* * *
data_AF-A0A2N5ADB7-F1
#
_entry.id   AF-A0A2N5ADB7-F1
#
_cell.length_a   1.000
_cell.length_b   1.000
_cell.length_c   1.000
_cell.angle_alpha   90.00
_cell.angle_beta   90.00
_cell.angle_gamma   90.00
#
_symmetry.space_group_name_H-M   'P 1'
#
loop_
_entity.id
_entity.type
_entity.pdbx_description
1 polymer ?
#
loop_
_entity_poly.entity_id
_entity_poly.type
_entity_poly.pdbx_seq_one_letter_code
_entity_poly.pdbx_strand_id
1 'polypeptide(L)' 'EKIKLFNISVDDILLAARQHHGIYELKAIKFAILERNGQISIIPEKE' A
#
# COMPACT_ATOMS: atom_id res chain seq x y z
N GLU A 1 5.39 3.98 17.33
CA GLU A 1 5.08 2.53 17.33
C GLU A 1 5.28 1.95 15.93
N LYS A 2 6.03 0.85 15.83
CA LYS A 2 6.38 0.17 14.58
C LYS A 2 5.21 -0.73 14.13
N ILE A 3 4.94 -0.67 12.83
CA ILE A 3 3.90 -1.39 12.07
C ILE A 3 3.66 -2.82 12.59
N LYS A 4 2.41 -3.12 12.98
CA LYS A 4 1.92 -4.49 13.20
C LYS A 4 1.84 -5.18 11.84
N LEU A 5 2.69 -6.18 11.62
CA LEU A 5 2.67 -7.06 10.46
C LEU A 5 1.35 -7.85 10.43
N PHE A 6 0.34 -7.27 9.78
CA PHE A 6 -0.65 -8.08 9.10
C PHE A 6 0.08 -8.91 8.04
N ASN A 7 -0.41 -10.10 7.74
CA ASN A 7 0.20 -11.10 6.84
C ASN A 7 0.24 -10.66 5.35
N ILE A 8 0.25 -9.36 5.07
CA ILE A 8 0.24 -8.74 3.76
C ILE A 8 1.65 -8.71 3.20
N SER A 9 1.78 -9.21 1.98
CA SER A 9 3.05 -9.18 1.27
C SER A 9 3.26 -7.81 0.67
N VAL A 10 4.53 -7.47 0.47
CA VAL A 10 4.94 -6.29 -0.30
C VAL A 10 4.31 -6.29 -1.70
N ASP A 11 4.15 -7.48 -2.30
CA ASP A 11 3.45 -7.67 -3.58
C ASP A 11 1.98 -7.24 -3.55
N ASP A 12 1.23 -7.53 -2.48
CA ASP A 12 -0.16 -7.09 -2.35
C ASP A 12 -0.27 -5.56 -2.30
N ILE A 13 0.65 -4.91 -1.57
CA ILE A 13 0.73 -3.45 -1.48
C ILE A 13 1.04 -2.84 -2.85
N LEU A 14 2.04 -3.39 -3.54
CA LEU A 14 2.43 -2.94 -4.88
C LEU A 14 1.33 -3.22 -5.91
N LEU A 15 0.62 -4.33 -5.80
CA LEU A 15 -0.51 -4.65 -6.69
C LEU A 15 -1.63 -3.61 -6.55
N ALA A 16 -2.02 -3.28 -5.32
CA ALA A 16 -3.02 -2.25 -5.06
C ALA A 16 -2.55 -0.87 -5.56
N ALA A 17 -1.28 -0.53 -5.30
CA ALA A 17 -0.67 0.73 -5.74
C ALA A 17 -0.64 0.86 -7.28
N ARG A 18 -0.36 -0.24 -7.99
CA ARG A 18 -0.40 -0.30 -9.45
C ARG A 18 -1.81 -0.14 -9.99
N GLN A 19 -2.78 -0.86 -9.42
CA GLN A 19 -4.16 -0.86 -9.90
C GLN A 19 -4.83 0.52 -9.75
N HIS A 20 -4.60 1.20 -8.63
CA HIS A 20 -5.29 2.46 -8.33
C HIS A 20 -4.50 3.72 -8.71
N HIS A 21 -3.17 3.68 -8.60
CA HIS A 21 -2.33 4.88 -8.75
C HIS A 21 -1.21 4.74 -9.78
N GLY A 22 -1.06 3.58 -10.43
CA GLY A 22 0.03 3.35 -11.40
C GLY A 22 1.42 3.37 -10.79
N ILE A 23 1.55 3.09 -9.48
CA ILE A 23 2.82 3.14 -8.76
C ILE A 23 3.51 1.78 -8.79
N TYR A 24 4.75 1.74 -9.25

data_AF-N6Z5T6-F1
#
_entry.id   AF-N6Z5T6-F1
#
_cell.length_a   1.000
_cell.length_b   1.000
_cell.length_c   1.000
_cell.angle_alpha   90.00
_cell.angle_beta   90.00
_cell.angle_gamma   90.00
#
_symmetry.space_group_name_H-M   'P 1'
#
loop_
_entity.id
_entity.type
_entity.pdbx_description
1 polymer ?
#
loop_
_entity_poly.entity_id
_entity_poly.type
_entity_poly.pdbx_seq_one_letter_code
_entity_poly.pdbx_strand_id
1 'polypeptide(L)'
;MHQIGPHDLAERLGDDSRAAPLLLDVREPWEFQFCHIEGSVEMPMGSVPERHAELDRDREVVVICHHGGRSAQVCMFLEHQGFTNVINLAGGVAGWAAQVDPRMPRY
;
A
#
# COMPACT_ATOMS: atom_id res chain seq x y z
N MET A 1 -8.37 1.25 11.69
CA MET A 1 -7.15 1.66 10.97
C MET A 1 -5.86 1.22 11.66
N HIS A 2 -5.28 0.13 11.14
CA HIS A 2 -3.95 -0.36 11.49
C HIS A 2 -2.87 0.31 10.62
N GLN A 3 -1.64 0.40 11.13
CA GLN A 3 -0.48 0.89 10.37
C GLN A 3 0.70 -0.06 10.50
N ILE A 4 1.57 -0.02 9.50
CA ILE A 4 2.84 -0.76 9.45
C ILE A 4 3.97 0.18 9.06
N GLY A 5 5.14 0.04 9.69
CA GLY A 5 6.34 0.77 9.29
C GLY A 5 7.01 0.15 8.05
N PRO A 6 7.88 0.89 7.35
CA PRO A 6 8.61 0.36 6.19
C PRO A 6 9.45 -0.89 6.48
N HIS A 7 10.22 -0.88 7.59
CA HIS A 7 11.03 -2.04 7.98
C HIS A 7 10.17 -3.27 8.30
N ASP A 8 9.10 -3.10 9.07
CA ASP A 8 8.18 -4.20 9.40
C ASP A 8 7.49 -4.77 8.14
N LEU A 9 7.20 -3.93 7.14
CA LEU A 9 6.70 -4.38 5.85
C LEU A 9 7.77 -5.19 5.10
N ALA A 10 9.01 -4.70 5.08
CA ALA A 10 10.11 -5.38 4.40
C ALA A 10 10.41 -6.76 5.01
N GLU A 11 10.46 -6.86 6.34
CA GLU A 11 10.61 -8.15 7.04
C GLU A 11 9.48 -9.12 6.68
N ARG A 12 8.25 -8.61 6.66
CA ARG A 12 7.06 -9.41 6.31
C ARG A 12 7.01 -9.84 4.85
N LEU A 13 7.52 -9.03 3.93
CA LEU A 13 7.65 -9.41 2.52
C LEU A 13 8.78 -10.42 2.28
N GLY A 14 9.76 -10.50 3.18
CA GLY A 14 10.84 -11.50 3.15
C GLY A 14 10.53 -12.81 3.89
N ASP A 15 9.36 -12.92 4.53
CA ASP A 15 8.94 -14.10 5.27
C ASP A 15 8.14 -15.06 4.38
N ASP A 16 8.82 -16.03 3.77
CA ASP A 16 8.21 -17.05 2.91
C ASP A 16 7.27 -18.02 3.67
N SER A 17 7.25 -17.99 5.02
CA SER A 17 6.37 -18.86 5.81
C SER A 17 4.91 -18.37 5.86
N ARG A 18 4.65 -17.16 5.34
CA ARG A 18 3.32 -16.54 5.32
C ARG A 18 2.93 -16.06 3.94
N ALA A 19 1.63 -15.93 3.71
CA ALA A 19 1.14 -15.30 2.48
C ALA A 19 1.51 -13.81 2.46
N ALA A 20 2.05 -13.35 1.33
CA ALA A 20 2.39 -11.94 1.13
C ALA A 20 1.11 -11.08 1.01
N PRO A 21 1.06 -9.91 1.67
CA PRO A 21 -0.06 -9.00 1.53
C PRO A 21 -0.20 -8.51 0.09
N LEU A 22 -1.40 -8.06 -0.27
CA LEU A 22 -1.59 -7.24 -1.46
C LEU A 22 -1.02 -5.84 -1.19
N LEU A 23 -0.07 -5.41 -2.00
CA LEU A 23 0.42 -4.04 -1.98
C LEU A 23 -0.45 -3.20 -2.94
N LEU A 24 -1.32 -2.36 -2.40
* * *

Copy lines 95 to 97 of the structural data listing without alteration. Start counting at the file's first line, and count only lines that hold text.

CA ILE A 23 2.82 3.14 -8.76
C ILE A 23 3.51 1.78 -8.79
N TYR A 24 4.75 1.74 -9.25